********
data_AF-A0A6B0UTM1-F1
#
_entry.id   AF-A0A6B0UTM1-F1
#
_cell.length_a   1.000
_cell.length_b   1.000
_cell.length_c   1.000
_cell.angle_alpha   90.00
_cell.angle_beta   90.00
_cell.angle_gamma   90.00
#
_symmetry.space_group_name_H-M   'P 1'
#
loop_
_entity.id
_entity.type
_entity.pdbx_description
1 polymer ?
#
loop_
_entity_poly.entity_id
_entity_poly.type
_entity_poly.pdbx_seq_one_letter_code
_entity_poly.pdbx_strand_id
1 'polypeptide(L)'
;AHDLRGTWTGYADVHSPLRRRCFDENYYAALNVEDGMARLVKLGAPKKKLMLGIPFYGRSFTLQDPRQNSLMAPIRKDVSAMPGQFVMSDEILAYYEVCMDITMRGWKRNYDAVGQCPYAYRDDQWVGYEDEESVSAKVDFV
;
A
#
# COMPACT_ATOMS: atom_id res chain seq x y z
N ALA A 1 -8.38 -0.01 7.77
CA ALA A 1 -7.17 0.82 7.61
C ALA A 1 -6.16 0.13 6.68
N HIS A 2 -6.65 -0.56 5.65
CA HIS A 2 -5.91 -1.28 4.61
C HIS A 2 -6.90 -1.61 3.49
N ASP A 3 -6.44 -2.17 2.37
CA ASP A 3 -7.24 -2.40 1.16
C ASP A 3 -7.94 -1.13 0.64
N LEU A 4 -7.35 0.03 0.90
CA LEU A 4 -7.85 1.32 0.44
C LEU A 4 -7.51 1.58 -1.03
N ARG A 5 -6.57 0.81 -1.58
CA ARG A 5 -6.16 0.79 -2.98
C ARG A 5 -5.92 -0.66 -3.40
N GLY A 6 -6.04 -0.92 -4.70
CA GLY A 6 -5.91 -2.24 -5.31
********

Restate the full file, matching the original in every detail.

data_AF-A0A6B0UTM1-F1
#
_entry.id   AF-A0A6B0UTM1-F1
#
_cell.length_a   1.000
_cell.length_b   1.000
_cell.length_c   1.000
_cell.angle_alpha   90.00
_cell.angle_beta   90.00
_cell.angle_gamma   90.00
#
_symmetry.space_group_name_H-M   'P 1'
#
loop_
_entity.id
_entity.type
_entity.pdbx_description
1 polymer ?
#
loop_
_entity_poly.entity_id
_entity_poly.type
_entity_poly.pdbx_seq_one_letter_code
_entity_poly.pdbx_strand_id
1 'polypeptide(L)'
;AHDLRGTWTGYADVHSPLRRRCFDENYYAALNVEDGMARLVKLGAPKKKLMLGIPFYGRSFTLQDPRQNSLMAPIRKDVSAMPGQFVMSDEILAYYEVCMDITMRGWKRNYDAVGQCPYAYRDDQWVGYEDEESVSAKVDFV
;
A
#
# COMPACT_ATOMS: atom_id res chain seq x y z
N ALA A 1 -8.38 -0.01 7.77
CA ALA A 1 -7.17 0.82 7.61
C ALA A 1 -6.16 0.13 6.68
N HIS A 2 -6.65 -0.56 5.65
CA HIS A 2 -5.91 -1.28 4.61
C HIS A 2 -6.90 -1.61 3.49
N ASP A 3 -6.44 -2.17 2.37
CA ASP A 3 -7.24 -2.40 1.16
C ASP A 3 -7.94 -1.13 0.64
N LEU A 4 -7.35 0.03 0.90
CA LEU A 4 -7.85 1.32 0.44
C LEU A 4 -7.51 1.58 -1.03
N ARG A 5 -6.57 0.81 -1.58
CA ARG A 5 -6.16 0.79 -2.98
C ARG A 5 -5.92 -0.66 -3.40
N GLY A 6 -6.04 -0.92 -4.70
CA GLY A 6 -5.91 -2.24 -5.31